March 17, 2011

Long Run, Short Catch by Asama Iwuoha

I've often wondered at young people who write memoirs. Everyone has a story to tell, but how can the story be whole at an early age? I'm going to be 35 in a couple of weeks and while my life has been admittedly pretty dull, writing about it at this point would seem odd. A person's life isn't the sum of one or even several dramatic events, but of the lessons learned and the actions taken as a result. However, some stories can seem too big or too relevant to wait.

Long Run, Short Catch is one such memoir. I do not know how old the author (Asama Iwuoha) is, and could find no biographical information beyond the book itself. Judging from the tone of the book as well as technology and television shows that are mentioned, I'm guessing she's in her early to mid 20's. Her story is a beefy one, starting with humble beginnings in a cockroach ridden apartment (hey I live in one of those too!), being sexually abused by an alcoholic father, progressing to a spoiled college student that notices the mistakes and imperfections of everyone around her while ignoring her own.

The most striking part of the story for me is the childhood of Michael Williams, Iwuoha's ill-fated husband, in the poverty stricken areas of Jamaica. I really felt for this unloved child being shuffled from one uncaring relative to another. His father, a drug lord, brings him to the United States with false identification, and he grows up an illegal immigrant without having the faintest idea. My sympathy for him faded once he became besotted with designer clothes and began to hate his mother for not providing them.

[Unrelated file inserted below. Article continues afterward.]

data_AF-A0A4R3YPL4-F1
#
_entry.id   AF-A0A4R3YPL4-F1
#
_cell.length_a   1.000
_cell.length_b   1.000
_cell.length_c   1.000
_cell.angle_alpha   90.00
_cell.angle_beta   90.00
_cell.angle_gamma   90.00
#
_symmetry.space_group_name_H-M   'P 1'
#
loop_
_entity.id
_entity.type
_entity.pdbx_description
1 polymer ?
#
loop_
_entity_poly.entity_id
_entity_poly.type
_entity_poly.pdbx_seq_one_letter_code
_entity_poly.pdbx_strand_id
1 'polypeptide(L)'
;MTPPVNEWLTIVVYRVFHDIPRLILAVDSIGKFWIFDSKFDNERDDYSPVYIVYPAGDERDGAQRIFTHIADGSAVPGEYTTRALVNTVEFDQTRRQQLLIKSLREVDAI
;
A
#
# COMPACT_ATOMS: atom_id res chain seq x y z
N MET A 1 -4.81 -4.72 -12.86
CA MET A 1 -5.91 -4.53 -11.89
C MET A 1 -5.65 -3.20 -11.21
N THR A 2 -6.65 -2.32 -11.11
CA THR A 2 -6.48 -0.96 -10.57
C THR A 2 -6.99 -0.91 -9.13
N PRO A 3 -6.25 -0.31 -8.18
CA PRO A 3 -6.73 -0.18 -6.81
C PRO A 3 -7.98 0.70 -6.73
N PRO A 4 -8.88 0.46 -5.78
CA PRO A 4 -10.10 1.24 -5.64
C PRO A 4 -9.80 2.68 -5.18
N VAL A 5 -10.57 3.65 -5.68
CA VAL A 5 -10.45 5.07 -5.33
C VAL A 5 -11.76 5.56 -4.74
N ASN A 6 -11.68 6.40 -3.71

In fact designer clothes are practically a character incarnated in this book. Iwuoha is obsessed with them as well, and all of her descriptions read like a synopsis of Fashion Week. This aspect has the unfortunate effect of isolating the reader to an extent, as the vast majority of readers have likely never even been in the same room with sunglasses the likes of which Iwuoha describes. As a result it becomes difficult to relate to Iwuoha, as each of her difficulties is seen through a diamond studded screen of wealth and privilege, something that can be a hard sell in the current economy. Iwuoha explains that her drool-worthy wardrobe is not to be envied, as it's her father's attempt to make up for sexual abuse.

I feel Iwuoha's story is an important one. She highlights not only the struggles of immigration, but the importance of young people to think decisions through before acting. Also very evident is that one should examine one's own life before unabashedly pointing out the flaws in others'. I'd like to hear from Iwuoha again in another 20 or 30 years to see where her decisions have taken her.

I received a copy of this book for the purpose of review.

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